In response to what we all felt and heard, Celebration Circle selected the Reflection passage that Ken read at the beginning of our service this morning.
This passage speaks to me in a particular way. Some of you have heard me talk about my Call to work in nursing homes. It’s a Call that has been loud & clear for about a dozen years – no matter where I go, that’s where I end up.
But I have some major doubts about this Call. Why? To put it bluntly, the people in nursing homes are not the voice of the future, they’re the voice of the past. Nursing homes are not going to produce the leaders needed to address the problems facing the world today. If I’m going to help fix the world, I think to myself, shouldn’t I be working with younger people, not older people?
But the first line of our Reflection says, “ours is not the task of fixing the entire world all at once,” I hear Jesus telling Martha to stop worrying. And I hear Jesus telling me to stop worrying, also – it’s not my job to fix the whole world.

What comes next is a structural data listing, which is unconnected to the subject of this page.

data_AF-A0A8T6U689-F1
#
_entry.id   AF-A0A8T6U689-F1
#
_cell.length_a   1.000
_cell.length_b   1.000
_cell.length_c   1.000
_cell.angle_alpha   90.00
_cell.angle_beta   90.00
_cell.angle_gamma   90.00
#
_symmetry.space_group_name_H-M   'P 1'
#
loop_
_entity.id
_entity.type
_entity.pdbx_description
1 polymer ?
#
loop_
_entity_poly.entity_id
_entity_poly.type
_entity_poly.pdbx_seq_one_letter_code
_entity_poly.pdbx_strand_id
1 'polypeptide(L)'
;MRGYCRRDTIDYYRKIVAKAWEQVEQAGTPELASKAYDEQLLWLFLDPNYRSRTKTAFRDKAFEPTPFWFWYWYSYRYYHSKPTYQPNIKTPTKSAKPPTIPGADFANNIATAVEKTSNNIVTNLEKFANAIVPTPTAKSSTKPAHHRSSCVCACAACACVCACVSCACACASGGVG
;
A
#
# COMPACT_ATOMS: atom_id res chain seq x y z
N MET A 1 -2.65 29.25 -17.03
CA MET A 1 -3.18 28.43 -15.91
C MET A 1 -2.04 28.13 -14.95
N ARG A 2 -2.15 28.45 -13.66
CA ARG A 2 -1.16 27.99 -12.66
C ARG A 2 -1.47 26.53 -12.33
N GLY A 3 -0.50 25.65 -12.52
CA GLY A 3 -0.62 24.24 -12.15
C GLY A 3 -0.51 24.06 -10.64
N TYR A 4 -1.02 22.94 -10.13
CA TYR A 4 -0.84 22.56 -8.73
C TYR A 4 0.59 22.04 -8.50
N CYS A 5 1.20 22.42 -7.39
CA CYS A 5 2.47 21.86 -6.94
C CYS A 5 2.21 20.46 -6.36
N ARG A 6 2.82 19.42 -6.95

In the next line, “ours is the task of stretching out to mend the part of the world that is within our reach. Any small thing I can do to help another soul, to assist some portion of this poor suffering world will help immensely.” I hear God saying it’s OK — even my service in the nursing home is beneficial.
And then the last line: “It is not given to us to know which acts, or by whom, will cause the critical mass to tip toward an enduring good.” In this, I hear God saying that I don’t need to know how my small part is helping — it’s not my job to know.
I’d like to share with you two other sections from this same essay by Dr. Estes, which also speaks to our theme of “What In the World”:
“In any dark time, there is a tendency to veer toward fainting over how much is wrong or unmended in the world. Do not focus on that…. We are needed, that is all we can know…. Didn’t you say you were a believer? Didn’t you say you pledged to listen to a voice greater?”
“There will always be times …when you feel discouraged. I too have felt despair many times in my life, but I do not keep a chair for it; I will not entertain it. It is not allowed to eat from my plate. The reason is this….there can be no despair when you remember why you came to Earth, who you serve, and who sent you here.”
Don’t despair. We are needed. God sent us here. Keep listening.
I’d like to close now with the words of the Serenity Prayer:
God, grant me the serenity to accept the things I cannot change,
The courage to change the things I can,
And the wisdom to know the difference.